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Louisiana Department of Health & Hospitals | Kathy Kliebert, Secretary

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Statewide Initiatives



211 - Get Connected. Get Answers.

Chill

It only takes two hours, sometime less, for illness-causing bacteria to grow in perishable foods unless you refrigerate them? And, if the temperature is 90 ˚F or higher, which in Louisiana can happen just about any time of the year, that time is cut in half. By refrigerating foods promptly and properly, you avoid this dangerous bacteria growth and help your family stay safe from food poisoning at home.

Refrigerate perishable foods within two hours.

Cold temperatures slow the growth of the bacteria that causes illness. That's why it's important to chill food promptly and properly. Not sure how? Follow these tips:

  • Make sure your fridge and freezer are set to the right temperature. Your fridge should be between 40 and 32 ˚F, and your freezer should be 0 ˚F or below.
  • It's not enough for the temperature to be correct. You also must pack your refrigerator with care. To chill food in a way that slows bacteria growth, cold air must be able to circulate. To make sure that's possible don't over-stuff your fridge.
  • Move perishable foods into the fridge or freezer within two hours. When the outside temperature is warm, cut this time down to one hour. If you live in an area that makes it impossible to do so, plan your grocery trips strategically. Wait until the end of your shopping trip to get perishable items, and bring an ice chest to store these items on the ride home.
  • Remember to put away leftovers within two hours as well. By dividing leftovers into several clean, shallow containers, you'll allow them to chill faster.

Never thaw or marinate foods on the counter.

Many people are surprised to learn that bacteria can multiply rapidly at room temperature, which makes thawing or marinating foods on the counter one of the riskiest things you can do when preparing food for your family.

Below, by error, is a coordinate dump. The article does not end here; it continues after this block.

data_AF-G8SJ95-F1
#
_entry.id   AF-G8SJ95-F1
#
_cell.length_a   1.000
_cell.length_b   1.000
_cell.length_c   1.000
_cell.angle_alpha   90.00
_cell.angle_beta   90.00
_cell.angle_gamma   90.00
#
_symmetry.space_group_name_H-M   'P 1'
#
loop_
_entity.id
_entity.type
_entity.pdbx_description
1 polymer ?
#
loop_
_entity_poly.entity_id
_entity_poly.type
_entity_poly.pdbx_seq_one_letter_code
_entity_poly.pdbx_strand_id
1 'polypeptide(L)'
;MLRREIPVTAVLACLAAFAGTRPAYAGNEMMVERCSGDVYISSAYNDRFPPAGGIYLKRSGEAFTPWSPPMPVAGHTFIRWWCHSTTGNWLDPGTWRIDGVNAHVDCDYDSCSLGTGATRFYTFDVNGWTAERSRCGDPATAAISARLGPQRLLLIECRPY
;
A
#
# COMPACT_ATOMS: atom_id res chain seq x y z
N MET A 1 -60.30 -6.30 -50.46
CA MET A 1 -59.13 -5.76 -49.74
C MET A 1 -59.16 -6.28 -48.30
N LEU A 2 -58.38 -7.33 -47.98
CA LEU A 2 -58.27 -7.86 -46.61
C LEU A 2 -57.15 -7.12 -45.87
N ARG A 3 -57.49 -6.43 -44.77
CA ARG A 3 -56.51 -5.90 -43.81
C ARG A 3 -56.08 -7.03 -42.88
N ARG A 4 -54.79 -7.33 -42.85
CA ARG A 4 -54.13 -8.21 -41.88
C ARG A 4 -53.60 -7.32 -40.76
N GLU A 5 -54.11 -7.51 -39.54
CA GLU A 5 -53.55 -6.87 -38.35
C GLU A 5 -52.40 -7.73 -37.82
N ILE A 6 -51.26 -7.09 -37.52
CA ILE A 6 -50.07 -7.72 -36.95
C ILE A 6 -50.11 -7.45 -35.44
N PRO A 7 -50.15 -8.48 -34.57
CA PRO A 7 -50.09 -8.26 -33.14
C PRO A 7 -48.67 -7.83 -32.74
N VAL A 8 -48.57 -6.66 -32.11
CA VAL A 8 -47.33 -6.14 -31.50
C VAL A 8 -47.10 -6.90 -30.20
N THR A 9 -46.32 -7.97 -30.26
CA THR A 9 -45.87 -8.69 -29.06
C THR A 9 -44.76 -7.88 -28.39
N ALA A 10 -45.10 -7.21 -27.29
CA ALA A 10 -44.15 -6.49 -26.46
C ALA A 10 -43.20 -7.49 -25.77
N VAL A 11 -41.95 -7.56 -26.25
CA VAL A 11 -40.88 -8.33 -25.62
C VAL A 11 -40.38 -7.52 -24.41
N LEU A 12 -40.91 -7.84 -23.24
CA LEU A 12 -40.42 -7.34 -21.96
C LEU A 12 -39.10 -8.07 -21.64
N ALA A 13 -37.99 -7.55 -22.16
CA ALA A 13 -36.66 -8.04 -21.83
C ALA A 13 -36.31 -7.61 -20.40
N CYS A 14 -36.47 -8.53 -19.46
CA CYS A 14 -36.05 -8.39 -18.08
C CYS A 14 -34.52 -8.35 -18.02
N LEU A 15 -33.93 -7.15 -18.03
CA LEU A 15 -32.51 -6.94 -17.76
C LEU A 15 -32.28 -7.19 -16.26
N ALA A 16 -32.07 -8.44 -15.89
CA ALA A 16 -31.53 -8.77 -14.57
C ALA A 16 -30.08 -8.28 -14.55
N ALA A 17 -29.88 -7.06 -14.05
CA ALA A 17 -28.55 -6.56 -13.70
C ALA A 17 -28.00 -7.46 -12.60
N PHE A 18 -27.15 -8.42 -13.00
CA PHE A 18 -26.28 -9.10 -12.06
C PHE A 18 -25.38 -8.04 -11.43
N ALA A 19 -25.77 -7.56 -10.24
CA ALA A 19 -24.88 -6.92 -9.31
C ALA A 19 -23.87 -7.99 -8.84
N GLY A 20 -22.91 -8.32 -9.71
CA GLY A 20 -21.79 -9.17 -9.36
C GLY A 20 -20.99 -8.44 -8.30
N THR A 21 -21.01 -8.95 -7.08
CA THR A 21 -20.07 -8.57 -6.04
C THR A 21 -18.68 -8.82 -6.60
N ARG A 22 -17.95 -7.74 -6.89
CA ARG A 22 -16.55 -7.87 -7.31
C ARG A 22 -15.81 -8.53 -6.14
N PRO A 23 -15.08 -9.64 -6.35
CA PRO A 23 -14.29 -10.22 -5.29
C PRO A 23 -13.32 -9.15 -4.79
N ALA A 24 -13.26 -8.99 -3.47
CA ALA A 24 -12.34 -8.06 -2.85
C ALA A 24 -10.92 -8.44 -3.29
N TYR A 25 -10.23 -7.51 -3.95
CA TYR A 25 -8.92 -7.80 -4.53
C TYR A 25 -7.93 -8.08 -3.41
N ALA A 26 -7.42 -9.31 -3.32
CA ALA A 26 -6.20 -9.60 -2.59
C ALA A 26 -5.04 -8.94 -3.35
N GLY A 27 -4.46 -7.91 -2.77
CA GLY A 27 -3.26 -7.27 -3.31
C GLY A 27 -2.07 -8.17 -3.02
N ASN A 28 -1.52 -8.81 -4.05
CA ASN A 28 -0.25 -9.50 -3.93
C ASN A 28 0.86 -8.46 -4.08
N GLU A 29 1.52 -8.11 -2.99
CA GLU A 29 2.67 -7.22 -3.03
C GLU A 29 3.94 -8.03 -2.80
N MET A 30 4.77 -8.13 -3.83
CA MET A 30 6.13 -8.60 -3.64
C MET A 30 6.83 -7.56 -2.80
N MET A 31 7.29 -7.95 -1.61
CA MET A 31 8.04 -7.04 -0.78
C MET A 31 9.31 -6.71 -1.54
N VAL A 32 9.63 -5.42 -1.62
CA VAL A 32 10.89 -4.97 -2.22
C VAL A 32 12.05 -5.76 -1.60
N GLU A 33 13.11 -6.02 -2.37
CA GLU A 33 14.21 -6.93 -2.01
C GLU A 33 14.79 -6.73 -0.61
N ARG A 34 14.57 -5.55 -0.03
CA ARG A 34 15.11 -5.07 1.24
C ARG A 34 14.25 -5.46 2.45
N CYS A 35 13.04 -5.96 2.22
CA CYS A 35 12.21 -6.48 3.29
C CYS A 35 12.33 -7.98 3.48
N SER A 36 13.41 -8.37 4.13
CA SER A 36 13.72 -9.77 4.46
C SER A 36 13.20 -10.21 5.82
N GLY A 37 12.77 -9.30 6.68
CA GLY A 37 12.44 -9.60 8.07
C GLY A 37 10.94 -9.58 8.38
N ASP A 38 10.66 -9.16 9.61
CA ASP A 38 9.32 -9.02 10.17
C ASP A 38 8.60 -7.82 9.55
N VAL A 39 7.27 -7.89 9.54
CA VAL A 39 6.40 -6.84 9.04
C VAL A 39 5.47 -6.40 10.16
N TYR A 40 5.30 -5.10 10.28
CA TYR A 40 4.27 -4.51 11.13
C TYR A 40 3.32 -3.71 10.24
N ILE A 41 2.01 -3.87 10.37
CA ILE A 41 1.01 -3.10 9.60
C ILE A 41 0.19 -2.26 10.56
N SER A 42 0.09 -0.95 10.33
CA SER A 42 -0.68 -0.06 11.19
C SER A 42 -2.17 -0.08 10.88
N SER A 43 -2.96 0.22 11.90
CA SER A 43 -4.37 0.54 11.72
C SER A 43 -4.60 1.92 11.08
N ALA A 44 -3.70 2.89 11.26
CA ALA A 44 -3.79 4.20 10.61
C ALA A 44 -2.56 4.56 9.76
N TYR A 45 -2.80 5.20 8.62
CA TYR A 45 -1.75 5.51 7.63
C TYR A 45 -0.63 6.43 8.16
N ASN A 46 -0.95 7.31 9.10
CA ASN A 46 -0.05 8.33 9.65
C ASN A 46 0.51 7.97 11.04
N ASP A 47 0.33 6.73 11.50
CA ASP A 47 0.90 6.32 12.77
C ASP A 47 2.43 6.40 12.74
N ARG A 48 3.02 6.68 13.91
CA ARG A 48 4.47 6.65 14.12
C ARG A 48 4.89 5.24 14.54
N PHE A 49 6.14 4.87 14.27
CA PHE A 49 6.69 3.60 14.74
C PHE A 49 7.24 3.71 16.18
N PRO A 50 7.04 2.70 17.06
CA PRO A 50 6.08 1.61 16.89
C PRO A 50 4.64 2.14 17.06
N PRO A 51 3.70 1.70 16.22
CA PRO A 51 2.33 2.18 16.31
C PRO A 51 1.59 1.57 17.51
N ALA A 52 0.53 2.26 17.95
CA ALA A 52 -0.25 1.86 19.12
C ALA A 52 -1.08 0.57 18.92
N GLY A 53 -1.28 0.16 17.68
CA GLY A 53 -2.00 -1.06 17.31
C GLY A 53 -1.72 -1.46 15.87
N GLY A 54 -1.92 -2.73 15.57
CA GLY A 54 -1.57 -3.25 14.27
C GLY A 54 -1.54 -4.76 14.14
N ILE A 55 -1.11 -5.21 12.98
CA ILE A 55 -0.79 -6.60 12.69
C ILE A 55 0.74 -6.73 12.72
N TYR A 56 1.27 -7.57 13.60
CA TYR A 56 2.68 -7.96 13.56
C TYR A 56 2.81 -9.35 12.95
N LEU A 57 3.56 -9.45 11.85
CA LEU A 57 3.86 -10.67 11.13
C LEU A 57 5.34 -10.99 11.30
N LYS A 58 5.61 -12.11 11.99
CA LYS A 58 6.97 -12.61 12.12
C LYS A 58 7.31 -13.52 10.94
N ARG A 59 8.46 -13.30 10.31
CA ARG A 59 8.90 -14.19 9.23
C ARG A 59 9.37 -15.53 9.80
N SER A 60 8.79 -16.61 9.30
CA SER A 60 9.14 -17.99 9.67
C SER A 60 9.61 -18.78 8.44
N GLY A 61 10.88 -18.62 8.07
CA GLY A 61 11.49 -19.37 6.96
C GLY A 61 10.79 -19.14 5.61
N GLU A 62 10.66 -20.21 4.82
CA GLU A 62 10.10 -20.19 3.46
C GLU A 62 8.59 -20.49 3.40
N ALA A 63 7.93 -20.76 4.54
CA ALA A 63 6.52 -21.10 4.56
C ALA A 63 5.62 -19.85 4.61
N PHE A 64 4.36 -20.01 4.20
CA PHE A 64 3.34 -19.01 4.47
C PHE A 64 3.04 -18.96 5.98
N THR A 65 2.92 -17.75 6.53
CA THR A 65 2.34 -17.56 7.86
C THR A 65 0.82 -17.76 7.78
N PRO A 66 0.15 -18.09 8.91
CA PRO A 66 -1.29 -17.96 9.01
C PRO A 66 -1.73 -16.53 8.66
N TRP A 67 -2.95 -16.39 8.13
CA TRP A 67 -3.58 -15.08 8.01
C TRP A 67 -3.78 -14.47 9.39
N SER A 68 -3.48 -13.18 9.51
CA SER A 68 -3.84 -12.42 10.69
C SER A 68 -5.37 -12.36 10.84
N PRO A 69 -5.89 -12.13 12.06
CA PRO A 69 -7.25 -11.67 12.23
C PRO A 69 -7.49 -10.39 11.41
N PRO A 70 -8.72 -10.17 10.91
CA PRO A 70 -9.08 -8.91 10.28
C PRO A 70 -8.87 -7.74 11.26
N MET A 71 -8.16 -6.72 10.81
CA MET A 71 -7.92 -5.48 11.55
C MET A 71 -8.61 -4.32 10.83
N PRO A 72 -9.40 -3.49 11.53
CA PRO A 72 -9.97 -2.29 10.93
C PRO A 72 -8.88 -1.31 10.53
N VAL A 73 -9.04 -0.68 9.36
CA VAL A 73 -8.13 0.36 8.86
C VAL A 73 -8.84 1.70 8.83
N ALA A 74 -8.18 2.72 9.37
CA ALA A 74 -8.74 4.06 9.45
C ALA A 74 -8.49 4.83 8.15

To safely thaw food safely, choose one of these options instead:

  • Thaw in the refrigerator. This is the safest way to thaw meat, poultry and seafood. Simply take the food out of the freezer and place it on a plate or pan that can catch any juices that may leak. Normally, it should be ready to use the next day.
  • Thaw in cold water. For faster thawing, you can put the frozen package in a watertight plastic bag and submerge it in cold water. If you choose this route, be sure to change the water every 30 minutes. It's also important to note that food thawed this way should be cooked immediately.
  • Thaw in the microwave. Food can be thawed quickly in the microwave. To do this, follow instructions in your microwave's owner's manual for thawing. As with thawing in cold water, food thawed in the microwave should be cooked immediately.
  • Cook without thawing. If you don't have enough time to thaw food, it is safe to cook foods from a frozen state. Just remember that the cooking time will be approximately 50 percent longer than fully thawed meat or poultry.

To marinate food safely, always marinate it in the refrigerator.

Know when to throw food out.

The kinds of bacteria that cause food poisoning do not affect the look, smell or taste of food. So, it's impossible to determine if harmful bacteria has started growing in your leftovers or refrigerated foods by only considering the color, taste or smell.

Be sure you throw food out before harmful bacteria grow by checking the Safe Storage Times chart. And remember, when in doubt, throw it out!